Victims of abuse at such an early age grow up accepting it as part of a “normal” occurrence. They suffer in silence because domestic violence is often thought of as a private matter. Some stay in abusive relationships because they low self-esteem, believe their partner will change or are embarrassed, part of a religion or culture that prohibit them from leaving, are financially dependent on the abuser or fearful of retribution.

Assemblyman Charles Barron took the bullhorn to tell the residents of East New York that victims should not suffer alone because domestic violence affects the community as a whole.

“We march against police brutality, we march against racism in this system, and now it’s time for us to take care of business at home and march against domestic violence,” said Charles Barron.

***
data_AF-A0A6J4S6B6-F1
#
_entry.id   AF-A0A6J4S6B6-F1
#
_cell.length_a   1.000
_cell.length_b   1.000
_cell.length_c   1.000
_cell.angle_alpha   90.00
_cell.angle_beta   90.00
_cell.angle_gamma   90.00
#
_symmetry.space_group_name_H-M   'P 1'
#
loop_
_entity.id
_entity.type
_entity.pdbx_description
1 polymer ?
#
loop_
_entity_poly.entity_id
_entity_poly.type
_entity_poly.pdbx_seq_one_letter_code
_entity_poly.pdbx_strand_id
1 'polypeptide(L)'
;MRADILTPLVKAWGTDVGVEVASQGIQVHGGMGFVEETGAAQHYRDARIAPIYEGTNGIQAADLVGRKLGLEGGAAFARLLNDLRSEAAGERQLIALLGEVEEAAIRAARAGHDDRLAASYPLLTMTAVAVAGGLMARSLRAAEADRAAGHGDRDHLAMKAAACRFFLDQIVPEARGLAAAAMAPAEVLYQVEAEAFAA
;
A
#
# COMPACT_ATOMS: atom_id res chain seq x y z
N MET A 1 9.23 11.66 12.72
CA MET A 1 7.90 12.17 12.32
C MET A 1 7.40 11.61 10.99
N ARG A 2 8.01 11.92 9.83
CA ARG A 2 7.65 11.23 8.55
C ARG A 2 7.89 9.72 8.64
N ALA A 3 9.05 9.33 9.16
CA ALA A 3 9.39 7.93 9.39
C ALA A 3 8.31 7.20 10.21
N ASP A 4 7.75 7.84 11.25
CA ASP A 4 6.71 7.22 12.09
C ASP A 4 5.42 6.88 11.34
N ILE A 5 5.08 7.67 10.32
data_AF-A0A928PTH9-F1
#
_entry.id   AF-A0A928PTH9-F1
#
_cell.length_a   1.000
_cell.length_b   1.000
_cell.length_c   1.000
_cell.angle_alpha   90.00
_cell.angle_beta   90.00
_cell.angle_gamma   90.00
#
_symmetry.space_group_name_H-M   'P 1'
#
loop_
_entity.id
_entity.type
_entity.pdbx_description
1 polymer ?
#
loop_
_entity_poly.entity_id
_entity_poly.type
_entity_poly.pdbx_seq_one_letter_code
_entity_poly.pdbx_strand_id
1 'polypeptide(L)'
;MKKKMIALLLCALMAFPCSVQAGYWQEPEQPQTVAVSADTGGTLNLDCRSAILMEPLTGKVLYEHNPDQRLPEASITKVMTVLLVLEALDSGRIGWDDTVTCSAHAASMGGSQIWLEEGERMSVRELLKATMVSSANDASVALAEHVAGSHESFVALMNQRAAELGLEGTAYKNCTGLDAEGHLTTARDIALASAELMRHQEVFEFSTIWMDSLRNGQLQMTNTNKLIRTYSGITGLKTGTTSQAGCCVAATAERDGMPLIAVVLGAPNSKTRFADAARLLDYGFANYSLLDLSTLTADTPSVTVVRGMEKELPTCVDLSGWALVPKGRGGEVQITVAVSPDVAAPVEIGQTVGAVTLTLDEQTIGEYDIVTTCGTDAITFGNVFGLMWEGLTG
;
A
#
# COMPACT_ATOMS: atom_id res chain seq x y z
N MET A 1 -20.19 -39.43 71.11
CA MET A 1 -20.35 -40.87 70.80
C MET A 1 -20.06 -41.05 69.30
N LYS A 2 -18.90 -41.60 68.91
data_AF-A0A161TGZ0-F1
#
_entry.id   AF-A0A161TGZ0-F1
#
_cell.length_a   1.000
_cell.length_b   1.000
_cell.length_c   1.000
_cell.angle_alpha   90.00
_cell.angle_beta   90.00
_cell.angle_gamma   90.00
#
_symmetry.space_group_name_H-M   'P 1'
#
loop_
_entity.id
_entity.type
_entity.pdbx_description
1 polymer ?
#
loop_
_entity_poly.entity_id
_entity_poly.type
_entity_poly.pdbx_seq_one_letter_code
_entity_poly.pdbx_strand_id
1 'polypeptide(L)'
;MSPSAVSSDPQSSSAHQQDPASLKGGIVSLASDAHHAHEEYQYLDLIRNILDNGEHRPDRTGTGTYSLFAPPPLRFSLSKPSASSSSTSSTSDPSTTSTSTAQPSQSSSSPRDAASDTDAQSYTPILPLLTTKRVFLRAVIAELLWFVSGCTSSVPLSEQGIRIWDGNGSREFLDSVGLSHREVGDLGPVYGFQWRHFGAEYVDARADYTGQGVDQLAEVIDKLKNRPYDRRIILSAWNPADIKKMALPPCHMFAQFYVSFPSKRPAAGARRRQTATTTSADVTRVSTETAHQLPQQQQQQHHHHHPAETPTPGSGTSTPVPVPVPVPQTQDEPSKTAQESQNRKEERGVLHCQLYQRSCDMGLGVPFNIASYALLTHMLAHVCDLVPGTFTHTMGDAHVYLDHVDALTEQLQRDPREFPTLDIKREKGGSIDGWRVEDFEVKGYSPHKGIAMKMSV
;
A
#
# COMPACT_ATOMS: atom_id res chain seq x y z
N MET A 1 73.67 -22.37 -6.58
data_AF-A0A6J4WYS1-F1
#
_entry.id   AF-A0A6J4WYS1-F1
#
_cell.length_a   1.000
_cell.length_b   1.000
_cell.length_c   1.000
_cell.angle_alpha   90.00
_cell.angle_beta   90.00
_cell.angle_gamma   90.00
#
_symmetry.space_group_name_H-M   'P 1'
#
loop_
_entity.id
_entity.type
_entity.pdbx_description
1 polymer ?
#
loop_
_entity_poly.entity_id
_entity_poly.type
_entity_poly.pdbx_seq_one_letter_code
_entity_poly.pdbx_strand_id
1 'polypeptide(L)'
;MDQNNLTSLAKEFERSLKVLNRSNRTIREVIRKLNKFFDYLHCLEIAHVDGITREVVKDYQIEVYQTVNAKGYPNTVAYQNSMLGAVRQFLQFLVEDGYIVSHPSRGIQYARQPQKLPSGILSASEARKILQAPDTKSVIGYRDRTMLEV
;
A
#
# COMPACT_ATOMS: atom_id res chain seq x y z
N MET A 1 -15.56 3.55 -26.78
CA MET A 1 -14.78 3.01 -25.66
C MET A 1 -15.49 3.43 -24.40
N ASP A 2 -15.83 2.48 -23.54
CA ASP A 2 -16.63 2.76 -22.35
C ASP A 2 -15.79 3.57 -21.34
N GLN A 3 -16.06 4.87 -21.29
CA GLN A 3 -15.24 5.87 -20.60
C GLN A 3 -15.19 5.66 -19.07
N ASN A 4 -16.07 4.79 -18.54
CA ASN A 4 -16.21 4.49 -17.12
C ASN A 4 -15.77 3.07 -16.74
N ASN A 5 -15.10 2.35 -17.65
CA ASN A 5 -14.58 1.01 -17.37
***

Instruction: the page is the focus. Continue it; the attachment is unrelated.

The reach of SBSB is growing. Many of the attendees came out because they heard about the event by word of mouth. Ruth Ahamad, Nicolas Brun and Soheir Hassan were among those who felt compelled to walk despite any direct connection to SBS or domestic violence.

“I thought it would be good to come. Women should stick together in some form or fashion, and if they’re doing anything positive to help the women, then people should come out,” said Ahamad.

“If they’re having any sort of issue, they should go to therapy and treat their problem instead of hitting somebody,” said Brun, a member of Monday Night Therapy, regarding men who choose to use violence as a coping mechanism.

“I’m walking to stop this violence because we hear about it a lot,” said Hassan, who is originally from Egypt but has been living in the neighborhood for 26 years.

SBSB is building a better Brooklyn, especially for the newer generation. For more information on upcoming events and workshops, please visit